Secure The Bike in A Safe Spot - If you can’t find a bike locker then you need to find a good spot where you can secure your bicycle. A hooped post offers far more protection than a single straight post, as the bike can’t be simply listed off of the post. Use multiple locks to secure the frame, wheels and saddle to your spot, and if possible secure your bicycle in the vicinity of at least one CCTV camera.
Reporting Your Bike As Stolen
Sometimes, despite your best efforts, your bike can still end up in the hands of criminals. It’s important that you take a number of steps to prevent someone else claiming your bike as their property and to recover your bike in the event of theft.
Make a note of your frame number – Your frame number will be located at the bottom of your bicycle, underneath the bottom bracket. Frame numbers for Trek bikes start with ‘WTU’. If you’re not sure how to find your frame number bring your bicycle in to our store and and we’ll show you exactly where it is!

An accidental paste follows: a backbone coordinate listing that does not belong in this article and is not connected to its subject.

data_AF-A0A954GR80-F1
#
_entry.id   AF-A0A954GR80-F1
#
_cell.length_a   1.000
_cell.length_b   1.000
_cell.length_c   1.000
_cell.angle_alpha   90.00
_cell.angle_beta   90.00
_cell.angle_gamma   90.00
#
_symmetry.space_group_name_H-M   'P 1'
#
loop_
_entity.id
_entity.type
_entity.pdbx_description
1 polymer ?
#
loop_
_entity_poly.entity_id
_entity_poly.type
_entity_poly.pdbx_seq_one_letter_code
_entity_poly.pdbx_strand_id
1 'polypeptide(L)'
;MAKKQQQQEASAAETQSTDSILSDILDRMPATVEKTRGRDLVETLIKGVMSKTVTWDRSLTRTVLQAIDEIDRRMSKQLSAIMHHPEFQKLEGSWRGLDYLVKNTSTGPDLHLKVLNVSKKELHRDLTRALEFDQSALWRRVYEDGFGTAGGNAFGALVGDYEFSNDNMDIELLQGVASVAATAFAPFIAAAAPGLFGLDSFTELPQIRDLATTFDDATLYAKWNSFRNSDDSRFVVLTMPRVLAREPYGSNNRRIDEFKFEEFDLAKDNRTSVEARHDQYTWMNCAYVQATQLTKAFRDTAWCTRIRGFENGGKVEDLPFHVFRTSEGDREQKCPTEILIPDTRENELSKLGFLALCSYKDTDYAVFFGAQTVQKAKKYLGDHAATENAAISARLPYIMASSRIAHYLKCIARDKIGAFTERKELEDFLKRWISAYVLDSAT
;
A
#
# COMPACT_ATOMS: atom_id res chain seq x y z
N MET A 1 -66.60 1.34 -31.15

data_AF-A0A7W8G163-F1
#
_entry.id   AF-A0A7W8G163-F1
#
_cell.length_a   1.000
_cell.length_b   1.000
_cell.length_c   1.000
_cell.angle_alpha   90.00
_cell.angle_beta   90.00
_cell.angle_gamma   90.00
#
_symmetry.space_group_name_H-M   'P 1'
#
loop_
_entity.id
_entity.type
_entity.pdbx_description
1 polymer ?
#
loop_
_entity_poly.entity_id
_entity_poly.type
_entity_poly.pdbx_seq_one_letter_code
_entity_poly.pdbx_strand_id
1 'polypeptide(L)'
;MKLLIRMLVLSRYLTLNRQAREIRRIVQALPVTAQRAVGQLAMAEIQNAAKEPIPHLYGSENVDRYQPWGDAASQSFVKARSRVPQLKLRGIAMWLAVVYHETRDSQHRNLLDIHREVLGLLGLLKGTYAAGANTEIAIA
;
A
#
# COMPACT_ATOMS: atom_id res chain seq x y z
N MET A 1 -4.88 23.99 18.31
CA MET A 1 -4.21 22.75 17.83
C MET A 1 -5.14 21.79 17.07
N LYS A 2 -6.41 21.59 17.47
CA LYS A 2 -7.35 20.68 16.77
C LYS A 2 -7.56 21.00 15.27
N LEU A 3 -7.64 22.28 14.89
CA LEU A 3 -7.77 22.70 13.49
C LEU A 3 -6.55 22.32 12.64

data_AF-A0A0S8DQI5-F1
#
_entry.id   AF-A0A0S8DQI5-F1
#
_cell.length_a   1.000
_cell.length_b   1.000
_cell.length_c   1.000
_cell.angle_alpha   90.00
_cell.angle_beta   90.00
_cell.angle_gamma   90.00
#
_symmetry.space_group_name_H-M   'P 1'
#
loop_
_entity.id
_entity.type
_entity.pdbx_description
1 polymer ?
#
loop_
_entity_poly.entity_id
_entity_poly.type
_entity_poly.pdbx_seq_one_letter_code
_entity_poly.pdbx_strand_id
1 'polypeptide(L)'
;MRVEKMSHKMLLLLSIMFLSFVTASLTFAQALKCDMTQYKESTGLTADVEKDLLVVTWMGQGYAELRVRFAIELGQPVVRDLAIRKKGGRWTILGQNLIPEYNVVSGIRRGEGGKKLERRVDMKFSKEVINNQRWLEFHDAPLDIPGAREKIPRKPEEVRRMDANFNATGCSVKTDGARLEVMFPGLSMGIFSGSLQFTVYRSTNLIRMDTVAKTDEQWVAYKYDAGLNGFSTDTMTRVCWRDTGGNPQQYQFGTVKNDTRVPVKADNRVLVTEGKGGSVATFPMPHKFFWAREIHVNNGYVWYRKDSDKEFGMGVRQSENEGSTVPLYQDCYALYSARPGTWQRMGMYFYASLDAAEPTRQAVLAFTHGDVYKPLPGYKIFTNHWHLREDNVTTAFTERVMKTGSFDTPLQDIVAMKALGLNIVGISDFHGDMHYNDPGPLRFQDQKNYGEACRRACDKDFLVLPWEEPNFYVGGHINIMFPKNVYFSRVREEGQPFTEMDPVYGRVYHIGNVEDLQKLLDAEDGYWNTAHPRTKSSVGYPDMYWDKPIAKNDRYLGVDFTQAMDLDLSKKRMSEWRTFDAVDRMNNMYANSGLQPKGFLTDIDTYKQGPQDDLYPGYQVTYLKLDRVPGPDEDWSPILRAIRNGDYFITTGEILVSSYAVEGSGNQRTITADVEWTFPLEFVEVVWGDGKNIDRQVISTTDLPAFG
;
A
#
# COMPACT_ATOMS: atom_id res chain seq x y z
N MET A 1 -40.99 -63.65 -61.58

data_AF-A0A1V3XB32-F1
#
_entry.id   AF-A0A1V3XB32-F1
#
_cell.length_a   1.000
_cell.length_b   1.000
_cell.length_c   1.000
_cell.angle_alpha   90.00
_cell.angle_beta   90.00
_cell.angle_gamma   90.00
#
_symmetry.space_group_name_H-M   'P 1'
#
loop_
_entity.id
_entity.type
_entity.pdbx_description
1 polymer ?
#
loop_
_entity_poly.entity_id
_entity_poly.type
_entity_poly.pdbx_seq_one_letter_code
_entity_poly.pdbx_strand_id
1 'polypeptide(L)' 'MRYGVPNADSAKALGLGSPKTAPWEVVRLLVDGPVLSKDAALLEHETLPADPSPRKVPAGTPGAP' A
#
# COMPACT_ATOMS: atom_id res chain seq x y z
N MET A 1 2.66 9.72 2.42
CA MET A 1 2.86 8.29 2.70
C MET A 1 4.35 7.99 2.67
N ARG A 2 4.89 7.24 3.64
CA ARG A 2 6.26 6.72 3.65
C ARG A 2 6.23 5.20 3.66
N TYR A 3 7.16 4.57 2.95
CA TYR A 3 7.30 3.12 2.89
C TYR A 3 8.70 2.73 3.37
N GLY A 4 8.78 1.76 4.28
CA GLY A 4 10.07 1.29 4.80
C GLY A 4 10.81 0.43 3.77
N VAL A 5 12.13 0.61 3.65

Take a photo of yourself with your bike – Cinelli launched an Instagram campaign to help their customers prevent theft. Take a photo of yourself with your bicycle or bike frame (with the frame number included in at least one photo) and post them to your Facebook page, Twitter account and Instagram feed as proof of ownership.
Look for distinguishing features – Many of us customise our bicycles with accessories, components, stickers and even scuffs and marks. Make a note of the distinguishing features of your bike in case it is stolen.